Tuesday, September 8, 2009

Horseback - The Invisible Mountain (2009)

Previously known for his drone music, Jenks Miller has lifted Chapel Hill's Horseback from that niche to one all his own. Immediately the album submerses you in its unique atmosphere with "Invokation." Driving and warlike repetitive percussion, a hearty center of sludgy bass and rhythm guitar, and over top a decidedly twangy, western (think Ennio Morricone, not Willie Nelson) feel of the lead guitar. Easy to imagine, given Alejandro Jodorowsky is amongst the artists' influences.

"Tyrant Symmetry" opens with a mid-tempo bass rhythm reminiscent of the work of Al Cisneros, Jenks' Cobalt-esque vocals weaving amongst the notes: each is clear in the production, and the solo amongst the instrumentation at 4:09 is simply gripping. "The Invisible Mountain" kicks the tempo up a notch from the previous two tracks, spacey and yet tense psychedelic riffs opened up my mind to grim, dark prairies where natives scratch a living out of the unforgiving flatlands.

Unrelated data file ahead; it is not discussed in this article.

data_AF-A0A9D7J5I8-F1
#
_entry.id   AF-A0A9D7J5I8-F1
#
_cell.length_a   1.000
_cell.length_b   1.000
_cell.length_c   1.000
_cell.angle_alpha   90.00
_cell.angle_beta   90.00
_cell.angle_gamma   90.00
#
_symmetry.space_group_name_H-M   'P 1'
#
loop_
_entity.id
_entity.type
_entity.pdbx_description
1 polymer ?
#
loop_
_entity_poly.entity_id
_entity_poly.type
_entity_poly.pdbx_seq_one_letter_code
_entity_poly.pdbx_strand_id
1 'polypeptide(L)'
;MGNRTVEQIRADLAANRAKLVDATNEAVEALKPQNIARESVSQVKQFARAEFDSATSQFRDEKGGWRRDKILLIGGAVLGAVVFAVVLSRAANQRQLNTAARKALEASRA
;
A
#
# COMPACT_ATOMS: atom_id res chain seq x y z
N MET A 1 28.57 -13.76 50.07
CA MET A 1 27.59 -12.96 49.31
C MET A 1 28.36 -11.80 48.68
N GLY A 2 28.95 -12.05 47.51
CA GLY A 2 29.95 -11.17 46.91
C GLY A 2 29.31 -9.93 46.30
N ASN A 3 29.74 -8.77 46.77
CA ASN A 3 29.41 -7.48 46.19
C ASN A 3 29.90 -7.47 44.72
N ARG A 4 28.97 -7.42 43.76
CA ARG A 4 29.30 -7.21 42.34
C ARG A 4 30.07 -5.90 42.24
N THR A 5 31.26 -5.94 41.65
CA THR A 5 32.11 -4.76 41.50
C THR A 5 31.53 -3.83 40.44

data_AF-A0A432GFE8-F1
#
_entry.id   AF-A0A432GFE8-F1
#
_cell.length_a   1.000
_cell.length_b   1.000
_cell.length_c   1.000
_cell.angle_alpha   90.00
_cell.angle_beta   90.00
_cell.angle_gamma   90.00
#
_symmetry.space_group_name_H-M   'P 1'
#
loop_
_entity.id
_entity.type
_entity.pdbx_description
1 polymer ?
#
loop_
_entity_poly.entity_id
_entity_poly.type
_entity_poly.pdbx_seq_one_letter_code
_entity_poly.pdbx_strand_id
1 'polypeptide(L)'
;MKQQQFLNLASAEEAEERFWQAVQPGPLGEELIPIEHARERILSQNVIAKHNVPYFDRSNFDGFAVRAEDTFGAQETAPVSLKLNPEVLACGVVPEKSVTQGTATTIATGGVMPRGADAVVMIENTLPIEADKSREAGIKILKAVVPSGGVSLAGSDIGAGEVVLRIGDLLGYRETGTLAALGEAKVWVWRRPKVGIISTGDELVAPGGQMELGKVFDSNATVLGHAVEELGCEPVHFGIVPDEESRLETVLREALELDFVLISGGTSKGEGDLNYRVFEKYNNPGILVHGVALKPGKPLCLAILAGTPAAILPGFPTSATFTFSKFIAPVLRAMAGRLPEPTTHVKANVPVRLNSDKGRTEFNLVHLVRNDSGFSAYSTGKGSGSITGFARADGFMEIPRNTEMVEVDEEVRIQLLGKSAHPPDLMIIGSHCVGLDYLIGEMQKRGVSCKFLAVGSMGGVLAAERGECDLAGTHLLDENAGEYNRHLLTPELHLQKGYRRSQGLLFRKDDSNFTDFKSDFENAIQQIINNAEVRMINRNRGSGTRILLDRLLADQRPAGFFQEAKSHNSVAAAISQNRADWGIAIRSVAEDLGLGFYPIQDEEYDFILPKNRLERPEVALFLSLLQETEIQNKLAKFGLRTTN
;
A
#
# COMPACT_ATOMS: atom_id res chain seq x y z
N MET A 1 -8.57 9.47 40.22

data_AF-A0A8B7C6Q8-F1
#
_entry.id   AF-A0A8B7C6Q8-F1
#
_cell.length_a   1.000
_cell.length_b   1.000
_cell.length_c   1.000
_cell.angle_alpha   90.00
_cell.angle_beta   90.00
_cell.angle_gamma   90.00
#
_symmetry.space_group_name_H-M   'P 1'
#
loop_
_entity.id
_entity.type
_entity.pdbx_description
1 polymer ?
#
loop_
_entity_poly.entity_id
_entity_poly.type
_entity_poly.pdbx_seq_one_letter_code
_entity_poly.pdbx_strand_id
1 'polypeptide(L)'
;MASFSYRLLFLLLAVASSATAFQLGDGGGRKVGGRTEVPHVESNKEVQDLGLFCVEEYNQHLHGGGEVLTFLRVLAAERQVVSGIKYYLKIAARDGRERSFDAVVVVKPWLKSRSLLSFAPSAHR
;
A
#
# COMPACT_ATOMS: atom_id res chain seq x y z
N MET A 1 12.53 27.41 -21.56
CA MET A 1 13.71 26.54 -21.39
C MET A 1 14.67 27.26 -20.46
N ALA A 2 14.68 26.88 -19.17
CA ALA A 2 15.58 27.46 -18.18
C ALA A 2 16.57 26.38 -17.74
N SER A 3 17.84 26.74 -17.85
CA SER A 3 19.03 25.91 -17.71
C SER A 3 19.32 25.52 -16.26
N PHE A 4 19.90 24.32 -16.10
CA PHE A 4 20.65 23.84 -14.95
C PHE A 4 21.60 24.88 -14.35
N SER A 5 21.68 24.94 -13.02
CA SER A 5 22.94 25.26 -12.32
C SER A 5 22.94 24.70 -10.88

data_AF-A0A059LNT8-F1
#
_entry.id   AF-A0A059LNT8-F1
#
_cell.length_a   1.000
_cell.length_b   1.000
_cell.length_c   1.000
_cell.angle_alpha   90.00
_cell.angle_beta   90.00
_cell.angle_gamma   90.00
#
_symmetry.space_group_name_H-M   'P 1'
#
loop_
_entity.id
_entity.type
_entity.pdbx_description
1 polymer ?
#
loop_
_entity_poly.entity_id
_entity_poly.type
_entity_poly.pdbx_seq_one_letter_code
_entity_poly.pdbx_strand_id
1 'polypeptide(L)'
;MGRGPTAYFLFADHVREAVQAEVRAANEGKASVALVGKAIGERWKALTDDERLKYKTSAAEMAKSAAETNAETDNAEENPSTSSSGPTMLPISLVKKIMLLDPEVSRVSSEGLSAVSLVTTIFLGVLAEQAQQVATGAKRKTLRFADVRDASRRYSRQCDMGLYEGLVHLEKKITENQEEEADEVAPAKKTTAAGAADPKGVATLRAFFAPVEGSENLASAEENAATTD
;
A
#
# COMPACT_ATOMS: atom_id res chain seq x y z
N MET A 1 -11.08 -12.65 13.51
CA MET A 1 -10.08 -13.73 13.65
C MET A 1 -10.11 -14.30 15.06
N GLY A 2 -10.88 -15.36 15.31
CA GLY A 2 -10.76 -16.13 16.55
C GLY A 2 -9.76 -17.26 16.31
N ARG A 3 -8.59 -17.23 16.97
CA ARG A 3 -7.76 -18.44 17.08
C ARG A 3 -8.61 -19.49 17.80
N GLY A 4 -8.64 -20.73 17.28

The fourth and final track "Hatecloud Dissolving" has a cinematic, angelic feel that reverberates through your essence. A calming, gorgeous soundscape that has almost left me without description in its beauty. The vile blackened vox appear and sink into the cool creek of the music, distant. During the final third of the 16+ minute track we are lifted from that prairie, into the sky: ethereal synths envelop and spin their magic, ending the journey with a simple melody, the hate dissolved.

It's refreshing to hear post-metal/drone/experimental/stoner etc. tunes so groundbreaking and moving out in a sect of music that is so easy to forge hackneyed down-tuned atmospheres with little skill. Not so with Horseback, as the care and skill that went into crafting this music is obvious. I enjoyed this album tremendously on an emotional level, as it has a fantastic intangible quality, an atmosphere I can't quite put my finger on. If others will interpret and enjoy it as much as I did I can't say, but it's unquestionably one of the best things I've heard this year. I anxiously await further material from this one-man experimental wrecking crew.

Verdict: Epic Win [9/10]

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